The world of sensors are becoming more complicated and integrated with many applications ranging from security, safety, and wearables. This webinar introduces the concept of using RADAR as sensors to detect presence and monitor movement. Infineon will provide an overview of RADAR technology used for sensing and provide an overview of today’s 24GHz sensing technologies and how designs are streamlining from discrete RF components to millimeter wave transceivers that reduce the design complexity. Infineon will offer solutions and tools in order to accomplish a smart sensor that not only can detect presence and movement, but can measure the speed of that movement along with the range of the object relative to the sensor.
Attend this webinar to learn about:

  • Discover how RADAR can be used as a sensor
  • Understand where RADAR sensors can be used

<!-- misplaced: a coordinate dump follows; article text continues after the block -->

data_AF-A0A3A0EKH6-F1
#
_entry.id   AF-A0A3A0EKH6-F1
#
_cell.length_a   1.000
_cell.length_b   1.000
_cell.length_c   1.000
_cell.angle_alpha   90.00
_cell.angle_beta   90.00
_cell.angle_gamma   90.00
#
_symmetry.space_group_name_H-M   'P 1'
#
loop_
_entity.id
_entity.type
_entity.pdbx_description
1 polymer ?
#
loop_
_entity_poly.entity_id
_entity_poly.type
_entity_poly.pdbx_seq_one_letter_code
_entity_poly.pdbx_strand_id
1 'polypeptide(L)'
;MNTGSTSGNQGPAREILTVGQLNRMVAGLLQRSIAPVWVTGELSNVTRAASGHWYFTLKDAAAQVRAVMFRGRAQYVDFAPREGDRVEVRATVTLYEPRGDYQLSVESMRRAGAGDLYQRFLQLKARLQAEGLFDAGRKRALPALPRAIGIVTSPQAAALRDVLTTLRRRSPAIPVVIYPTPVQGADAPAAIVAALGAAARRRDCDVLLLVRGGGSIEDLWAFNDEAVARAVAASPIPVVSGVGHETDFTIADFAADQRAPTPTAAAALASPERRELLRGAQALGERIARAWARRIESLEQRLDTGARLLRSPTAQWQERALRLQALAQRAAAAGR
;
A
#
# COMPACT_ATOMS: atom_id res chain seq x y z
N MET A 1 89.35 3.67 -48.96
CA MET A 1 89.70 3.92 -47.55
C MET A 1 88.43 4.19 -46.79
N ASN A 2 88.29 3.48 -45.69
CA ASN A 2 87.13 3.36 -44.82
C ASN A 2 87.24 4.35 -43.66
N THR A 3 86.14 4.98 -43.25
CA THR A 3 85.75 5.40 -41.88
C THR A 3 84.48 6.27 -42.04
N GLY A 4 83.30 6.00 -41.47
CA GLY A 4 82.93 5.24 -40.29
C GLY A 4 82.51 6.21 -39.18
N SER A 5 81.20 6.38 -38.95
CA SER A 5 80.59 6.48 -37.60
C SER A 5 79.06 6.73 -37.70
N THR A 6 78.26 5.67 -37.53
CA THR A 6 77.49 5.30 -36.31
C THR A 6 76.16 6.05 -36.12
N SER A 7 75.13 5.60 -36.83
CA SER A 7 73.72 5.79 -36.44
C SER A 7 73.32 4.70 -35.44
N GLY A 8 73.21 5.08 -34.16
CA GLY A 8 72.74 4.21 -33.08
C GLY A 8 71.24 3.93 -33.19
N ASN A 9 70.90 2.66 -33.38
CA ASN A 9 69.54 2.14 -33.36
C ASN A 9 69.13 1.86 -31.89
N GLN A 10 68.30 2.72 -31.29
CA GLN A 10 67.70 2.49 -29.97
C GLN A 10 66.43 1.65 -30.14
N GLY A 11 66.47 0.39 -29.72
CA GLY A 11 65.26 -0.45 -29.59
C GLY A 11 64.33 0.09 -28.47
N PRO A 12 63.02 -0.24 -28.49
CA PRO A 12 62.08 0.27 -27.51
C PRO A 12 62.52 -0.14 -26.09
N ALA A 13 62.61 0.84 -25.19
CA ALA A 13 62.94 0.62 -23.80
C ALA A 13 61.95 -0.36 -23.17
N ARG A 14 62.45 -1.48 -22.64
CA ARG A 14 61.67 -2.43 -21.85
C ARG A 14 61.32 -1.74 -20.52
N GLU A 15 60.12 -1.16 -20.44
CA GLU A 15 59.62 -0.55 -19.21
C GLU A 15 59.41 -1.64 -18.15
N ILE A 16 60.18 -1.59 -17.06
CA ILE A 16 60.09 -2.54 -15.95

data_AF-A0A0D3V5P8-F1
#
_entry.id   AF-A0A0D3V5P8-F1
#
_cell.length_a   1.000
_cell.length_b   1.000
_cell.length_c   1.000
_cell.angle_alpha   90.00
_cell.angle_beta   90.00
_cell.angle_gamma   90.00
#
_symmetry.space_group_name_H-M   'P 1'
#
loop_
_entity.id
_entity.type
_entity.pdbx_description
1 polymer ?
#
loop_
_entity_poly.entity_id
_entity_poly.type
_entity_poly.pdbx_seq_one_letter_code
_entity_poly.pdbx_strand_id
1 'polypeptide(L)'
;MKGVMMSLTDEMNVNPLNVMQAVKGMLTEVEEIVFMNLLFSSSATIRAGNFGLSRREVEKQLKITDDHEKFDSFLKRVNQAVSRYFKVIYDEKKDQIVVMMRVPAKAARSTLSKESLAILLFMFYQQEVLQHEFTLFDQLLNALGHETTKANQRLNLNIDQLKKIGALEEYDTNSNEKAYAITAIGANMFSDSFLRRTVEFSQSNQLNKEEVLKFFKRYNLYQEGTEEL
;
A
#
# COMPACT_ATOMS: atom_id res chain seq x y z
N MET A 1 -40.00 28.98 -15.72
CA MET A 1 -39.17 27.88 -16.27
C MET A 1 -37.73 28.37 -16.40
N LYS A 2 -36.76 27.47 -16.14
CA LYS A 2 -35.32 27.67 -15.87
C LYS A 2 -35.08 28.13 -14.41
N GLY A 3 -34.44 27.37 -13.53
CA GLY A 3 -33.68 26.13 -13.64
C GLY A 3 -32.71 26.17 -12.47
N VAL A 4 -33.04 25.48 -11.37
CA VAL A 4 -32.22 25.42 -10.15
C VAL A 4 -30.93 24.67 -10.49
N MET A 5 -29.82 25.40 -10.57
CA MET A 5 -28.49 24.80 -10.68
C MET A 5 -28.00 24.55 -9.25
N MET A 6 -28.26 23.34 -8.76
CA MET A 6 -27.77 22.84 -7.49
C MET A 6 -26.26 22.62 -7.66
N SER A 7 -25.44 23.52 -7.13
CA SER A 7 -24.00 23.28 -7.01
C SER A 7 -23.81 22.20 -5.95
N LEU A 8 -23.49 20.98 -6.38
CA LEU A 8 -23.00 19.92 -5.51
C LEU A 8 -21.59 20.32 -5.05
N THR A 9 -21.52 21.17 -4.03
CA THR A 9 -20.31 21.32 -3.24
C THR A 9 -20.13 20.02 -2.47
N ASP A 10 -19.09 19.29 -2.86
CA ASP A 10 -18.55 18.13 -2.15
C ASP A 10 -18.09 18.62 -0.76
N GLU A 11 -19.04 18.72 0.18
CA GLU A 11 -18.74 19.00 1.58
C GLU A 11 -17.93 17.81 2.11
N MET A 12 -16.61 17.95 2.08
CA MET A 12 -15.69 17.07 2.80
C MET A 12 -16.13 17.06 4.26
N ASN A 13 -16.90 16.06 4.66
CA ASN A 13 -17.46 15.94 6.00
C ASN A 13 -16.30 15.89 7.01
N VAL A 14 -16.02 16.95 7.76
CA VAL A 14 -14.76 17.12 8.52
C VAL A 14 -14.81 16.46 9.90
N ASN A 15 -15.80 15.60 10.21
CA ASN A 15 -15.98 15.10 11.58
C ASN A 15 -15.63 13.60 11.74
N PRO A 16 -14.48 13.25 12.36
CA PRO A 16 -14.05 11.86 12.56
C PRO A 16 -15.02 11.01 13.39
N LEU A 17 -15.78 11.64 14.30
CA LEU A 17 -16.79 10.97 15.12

• Discover some of the applications and markets where RADAR sensors will make the system smarter.
  • Understand that Infineon offers solutions that make 24GHz design easier on a system level
  • Be aware of the available evaluation and development tools offered by Infineon and their partners for RADAR”

Who should attend:
Engineers that are requiring some kind of sensor in their end product. Marketing people that can envision how useful a sensor can be in their end product/market. People that just want to understand the technology and how it can be used as a sensor.

Kim Lee

Kim has over 30 years of semiconductor experience ranging from development and product engineering, manufacturing and testing, and applications and systems engineering. Joining Infineon back in 2001, Kim worked in the communications products division as an applications engineer working on various twisted-pair and cable product technologies such as 10/100/1000 Ethernet, ADSL, and VDSL2. Kim is now leading the applications and systems engineering team supporting RF and Sensor Products for Infineon. Prior to Infineon Kim has held positions in design/development, product/test engineering, and applications engineering for various analog and interface products at Sipex (now Exar) and Microchip. Kim attended Northeastern University and University of California at Berkeley.”